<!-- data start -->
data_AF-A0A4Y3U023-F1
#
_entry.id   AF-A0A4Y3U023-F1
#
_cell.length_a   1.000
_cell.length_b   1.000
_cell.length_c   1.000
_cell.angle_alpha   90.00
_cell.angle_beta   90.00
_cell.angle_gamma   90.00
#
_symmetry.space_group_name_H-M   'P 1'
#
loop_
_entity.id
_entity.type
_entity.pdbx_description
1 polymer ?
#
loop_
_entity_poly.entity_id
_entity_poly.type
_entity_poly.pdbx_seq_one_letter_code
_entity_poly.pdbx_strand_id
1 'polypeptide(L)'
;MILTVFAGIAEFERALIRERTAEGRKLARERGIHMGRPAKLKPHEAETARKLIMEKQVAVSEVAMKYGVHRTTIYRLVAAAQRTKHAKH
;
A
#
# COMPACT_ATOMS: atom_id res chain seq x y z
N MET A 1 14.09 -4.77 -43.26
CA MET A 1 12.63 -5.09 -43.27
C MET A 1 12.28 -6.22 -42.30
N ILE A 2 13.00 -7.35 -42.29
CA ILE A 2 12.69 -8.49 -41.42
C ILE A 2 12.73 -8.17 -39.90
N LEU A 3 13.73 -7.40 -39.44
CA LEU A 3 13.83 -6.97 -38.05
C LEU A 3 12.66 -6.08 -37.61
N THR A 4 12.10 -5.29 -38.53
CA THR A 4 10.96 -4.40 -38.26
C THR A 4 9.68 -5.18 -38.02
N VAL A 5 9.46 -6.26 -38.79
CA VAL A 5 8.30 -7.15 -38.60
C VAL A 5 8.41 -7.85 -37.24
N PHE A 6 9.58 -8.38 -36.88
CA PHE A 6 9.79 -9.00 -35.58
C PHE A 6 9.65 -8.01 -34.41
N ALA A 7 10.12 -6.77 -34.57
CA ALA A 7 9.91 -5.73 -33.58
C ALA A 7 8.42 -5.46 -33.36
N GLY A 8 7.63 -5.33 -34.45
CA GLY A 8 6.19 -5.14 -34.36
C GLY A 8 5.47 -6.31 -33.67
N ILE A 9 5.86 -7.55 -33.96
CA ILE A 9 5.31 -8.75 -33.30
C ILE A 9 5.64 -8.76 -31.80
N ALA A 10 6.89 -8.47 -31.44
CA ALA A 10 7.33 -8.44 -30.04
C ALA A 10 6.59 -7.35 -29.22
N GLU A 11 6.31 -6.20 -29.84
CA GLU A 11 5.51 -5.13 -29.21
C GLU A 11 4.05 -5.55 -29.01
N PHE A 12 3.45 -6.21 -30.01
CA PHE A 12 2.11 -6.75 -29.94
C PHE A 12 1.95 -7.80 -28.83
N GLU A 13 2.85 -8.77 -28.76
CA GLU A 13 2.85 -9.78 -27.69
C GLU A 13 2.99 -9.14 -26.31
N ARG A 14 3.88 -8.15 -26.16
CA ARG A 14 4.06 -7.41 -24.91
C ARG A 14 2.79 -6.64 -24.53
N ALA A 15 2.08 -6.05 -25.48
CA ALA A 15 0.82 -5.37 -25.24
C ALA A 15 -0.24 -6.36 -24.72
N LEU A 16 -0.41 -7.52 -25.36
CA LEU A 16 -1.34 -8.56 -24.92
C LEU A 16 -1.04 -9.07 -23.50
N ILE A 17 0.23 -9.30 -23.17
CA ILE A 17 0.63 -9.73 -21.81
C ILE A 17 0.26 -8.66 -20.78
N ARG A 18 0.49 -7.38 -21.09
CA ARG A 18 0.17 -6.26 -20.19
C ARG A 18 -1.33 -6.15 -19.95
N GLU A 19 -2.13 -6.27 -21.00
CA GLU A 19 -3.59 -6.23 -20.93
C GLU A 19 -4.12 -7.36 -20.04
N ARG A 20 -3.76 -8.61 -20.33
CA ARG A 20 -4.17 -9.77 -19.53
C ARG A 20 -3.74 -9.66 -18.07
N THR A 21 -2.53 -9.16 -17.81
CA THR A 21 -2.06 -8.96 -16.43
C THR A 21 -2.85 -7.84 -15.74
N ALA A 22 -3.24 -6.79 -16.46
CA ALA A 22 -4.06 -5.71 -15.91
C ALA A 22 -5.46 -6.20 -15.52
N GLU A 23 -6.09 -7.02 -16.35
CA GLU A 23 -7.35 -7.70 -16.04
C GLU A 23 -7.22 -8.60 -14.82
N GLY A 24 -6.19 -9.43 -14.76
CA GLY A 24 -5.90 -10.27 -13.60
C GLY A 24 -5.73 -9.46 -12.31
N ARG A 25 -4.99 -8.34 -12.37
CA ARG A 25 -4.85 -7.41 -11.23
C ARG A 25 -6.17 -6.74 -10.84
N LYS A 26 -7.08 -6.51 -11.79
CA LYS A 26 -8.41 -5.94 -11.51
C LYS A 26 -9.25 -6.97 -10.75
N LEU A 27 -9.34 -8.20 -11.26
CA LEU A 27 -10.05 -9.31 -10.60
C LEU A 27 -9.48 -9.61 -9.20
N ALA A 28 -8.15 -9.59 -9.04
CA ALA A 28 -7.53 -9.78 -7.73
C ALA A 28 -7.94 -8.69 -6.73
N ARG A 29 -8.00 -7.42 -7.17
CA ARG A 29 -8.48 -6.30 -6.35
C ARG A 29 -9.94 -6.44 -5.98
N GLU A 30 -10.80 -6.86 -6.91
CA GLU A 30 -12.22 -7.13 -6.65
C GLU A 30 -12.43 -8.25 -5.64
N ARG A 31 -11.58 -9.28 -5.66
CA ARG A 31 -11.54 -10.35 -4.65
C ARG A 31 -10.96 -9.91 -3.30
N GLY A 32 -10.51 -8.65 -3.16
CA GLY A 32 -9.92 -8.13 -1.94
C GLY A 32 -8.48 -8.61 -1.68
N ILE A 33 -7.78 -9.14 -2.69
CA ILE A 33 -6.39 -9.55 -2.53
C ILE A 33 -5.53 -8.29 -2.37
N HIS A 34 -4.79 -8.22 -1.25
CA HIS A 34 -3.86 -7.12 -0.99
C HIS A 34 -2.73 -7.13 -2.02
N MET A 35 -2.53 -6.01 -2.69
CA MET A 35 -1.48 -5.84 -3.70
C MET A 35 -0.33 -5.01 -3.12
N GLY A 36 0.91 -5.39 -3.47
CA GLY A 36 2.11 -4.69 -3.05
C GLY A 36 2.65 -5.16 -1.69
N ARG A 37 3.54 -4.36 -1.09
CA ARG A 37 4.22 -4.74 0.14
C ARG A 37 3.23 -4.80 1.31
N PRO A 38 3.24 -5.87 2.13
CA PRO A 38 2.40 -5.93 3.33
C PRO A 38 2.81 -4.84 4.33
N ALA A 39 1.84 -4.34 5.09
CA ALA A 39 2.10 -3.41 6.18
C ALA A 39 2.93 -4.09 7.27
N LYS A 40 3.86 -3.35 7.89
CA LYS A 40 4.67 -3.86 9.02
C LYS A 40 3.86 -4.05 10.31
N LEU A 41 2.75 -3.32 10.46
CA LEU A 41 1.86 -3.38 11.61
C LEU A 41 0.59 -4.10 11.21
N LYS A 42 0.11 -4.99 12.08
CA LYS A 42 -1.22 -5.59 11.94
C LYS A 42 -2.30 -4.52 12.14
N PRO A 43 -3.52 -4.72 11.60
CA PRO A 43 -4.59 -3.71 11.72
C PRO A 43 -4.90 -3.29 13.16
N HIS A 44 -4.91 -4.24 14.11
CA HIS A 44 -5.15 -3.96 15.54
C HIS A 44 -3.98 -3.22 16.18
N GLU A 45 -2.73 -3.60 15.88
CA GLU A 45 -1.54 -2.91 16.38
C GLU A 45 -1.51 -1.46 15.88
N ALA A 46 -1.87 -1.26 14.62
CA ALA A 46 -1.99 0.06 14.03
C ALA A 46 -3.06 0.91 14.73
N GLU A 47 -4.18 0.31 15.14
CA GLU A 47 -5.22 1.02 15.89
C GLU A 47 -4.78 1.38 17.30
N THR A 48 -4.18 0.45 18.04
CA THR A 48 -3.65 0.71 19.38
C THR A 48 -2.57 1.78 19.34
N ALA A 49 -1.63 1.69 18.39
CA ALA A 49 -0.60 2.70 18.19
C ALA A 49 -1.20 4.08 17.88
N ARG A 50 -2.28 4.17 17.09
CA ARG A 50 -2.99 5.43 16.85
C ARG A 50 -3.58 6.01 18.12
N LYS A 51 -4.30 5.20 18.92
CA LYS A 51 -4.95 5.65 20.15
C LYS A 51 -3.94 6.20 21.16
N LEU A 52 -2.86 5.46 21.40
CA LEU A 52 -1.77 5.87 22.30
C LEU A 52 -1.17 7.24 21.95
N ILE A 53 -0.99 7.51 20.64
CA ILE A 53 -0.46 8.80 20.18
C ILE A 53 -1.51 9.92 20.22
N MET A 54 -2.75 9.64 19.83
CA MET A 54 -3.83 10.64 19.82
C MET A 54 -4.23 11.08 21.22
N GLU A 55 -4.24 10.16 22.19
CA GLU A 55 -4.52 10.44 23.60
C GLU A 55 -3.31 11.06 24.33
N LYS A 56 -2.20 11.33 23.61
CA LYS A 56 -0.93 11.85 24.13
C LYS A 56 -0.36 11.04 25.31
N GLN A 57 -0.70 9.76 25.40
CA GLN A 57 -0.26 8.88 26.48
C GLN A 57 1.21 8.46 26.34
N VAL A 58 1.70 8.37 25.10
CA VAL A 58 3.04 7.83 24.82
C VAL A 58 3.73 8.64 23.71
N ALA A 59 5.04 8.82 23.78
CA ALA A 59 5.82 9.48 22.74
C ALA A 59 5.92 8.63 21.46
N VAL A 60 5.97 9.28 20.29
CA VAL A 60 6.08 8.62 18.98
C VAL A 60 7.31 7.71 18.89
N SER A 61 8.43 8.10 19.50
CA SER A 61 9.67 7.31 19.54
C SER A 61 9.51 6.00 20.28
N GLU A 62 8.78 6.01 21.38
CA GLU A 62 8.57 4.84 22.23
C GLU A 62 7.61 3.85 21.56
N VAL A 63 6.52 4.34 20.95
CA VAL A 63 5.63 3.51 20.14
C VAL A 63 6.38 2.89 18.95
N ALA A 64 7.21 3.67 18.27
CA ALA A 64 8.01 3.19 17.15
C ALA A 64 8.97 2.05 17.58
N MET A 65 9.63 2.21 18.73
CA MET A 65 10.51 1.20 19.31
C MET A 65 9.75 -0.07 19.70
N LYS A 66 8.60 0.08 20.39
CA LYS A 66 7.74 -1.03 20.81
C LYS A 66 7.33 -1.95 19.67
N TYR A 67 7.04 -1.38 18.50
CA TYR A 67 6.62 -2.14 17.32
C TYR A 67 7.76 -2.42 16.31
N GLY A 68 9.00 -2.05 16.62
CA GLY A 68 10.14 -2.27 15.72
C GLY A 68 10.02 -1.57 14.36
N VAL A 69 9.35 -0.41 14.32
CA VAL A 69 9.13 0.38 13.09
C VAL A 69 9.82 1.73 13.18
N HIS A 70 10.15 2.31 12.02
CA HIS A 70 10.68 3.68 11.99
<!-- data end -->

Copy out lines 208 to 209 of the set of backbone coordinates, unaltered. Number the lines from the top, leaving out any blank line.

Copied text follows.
N VAL A 60 5.97 9.28 20.29
CA VAL A 60 6.08 8.62 18.98